Production has finally started from Norway’s first Arctic oil field, at the Goliat floating production facility in the Barents Sea.
The 180 MMbo field, the first producing oil field in the Barents Sea and the northernmost producing oilfield, will produce 100,000 b/d once all 22 of its subsea wells (12 production and seven water and gas injection wells) are on stream. Currently, 17 wells have been completed.
The 360-420m water depth project is based on a powered-from-shore, via subsea cable, cylindrical floating production facility, sitting 85km northwest of Hammerfest, offshore northern Norway. The 107m diameter, 64,000-tonne, 1 MMbo storage capacity Sevan 1000-design FPSO, moored using 14 anchor lines, was built by Hyundai Heavy Industries in South Korea. It was designed to be manned by about 40 staff and to be operated out of Hammerfest.
It was originally scheduled for start-up in Q4 2013, but has suffered a string of set backs, from weather delays to “increasing complexity” on the production platform, and bust its budget. According to Reuters, in August 2015, the project costs had surged to NOK 46.7 billion (US$5.62 billion) from an original estimate of around NOK 30 billion in 2009, when the development plan was approved.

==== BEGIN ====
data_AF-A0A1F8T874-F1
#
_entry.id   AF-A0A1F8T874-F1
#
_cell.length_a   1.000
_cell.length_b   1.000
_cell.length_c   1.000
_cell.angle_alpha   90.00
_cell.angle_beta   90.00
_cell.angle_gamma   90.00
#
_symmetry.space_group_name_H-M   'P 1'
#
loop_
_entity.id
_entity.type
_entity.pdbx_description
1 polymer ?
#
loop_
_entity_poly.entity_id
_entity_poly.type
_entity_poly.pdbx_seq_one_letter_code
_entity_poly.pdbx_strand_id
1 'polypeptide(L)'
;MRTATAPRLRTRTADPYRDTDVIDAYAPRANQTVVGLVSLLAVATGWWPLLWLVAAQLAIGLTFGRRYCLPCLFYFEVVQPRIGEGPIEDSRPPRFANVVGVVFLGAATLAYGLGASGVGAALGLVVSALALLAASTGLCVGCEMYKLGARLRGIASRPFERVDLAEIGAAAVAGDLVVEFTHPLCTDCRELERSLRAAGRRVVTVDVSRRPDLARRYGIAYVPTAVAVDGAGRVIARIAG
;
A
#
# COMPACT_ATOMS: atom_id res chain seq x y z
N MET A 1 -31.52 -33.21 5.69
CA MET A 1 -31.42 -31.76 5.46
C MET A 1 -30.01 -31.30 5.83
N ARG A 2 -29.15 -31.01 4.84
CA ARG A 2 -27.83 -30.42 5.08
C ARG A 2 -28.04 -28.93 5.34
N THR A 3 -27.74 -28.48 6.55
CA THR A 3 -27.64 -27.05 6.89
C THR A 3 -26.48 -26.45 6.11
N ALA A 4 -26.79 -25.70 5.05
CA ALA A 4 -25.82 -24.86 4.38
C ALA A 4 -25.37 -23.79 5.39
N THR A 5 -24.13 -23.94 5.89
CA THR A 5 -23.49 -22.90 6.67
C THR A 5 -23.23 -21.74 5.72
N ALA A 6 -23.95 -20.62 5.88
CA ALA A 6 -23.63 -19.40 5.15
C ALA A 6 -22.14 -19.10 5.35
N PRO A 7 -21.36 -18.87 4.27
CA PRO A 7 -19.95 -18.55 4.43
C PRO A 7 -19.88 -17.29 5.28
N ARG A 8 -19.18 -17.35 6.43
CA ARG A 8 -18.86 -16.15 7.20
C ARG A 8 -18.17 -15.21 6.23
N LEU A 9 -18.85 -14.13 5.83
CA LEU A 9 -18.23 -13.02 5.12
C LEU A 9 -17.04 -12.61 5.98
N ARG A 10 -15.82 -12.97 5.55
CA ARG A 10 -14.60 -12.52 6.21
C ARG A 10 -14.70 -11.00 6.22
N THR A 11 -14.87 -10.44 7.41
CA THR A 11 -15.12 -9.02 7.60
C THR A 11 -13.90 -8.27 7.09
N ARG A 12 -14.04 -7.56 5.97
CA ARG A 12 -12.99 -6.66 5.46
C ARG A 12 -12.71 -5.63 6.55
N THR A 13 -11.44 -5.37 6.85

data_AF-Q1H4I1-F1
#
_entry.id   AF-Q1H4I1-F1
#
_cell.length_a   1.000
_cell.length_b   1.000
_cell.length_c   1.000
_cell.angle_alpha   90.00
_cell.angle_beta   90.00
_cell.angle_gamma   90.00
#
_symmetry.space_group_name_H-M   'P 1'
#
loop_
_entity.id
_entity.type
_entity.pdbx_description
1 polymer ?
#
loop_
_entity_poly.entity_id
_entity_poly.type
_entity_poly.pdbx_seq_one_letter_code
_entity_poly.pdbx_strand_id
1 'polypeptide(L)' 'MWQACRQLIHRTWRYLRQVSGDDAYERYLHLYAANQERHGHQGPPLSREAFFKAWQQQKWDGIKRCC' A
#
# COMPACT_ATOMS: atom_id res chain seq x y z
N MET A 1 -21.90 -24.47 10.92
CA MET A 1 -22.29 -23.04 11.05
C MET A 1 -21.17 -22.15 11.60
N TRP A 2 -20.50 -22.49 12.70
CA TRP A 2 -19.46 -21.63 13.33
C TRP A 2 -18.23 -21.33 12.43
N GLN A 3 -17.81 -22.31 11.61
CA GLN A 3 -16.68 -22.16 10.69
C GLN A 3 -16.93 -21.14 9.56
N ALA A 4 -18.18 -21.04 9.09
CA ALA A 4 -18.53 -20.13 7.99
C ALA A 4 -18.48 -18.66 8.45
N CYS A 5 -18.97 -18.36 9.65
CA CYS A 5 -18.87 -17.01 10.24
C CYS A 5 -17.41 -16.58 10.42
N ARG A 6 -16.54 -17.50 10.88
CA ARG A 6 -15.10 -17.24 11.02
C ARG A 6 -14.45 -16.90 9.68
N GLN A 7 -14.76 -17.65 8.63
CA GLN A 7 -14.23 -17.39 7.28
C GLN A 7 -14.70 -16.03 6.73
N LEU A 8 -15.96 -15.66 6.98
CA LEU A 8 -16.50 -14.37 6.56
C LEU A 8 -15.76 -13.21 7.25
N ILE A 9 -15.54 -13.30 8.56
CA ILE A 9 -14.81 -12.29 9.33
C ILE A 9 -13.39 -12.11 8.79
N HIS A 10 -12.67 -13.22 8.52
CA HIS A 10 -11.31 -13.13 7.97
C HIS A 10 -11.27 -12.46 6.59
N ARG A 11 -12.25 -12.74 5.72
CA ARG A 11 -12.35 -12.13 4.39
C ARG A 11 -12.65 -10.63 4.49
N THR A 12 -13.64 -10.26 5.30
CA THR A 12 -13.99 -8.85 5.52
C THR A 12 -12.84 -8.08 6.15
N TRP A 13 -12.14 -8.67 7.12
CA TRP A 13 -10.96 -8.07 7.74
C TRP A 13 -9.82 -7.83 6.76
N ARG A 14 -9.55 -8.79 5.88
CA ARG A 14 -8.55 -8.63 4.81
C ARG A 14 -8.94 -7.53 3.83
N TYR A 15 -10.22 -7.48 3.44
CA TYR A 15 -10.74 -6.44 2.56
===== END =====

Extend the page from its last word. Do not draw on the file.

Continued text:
Most recently the Petroleum Safety Authority insisted Norwegian partner Statoil completed verification on the unit before it would allow production to start. Before this, the PSA rapped Eni for nonconformities around logistics of materials handling and transport.
Despite its issues, the project has been an exercise in using new technologies, from the power from shore link – resulting in the longest subsea power cable of its type in the world, enabling the facility to be powered using hydro-power - to using simulation modeling to optimize deck layout and crane movement on the FPSO, as well as making the unit fit for use in an Arctic environment.
The field was discovered in 2000 in Production License 229. Eni holds a 65% stake (as operator) in Production License 229. The Norwegian company Statoil holds the remaining 35%.
Eni has been in Norway since 1965. It has interests in exploration licenses and producing fields, including Ekofisk, Norne, Åsgard, Heidrun, Kristin, Mikkel and Urd, with a total production in 2015 of 106,000 b/d.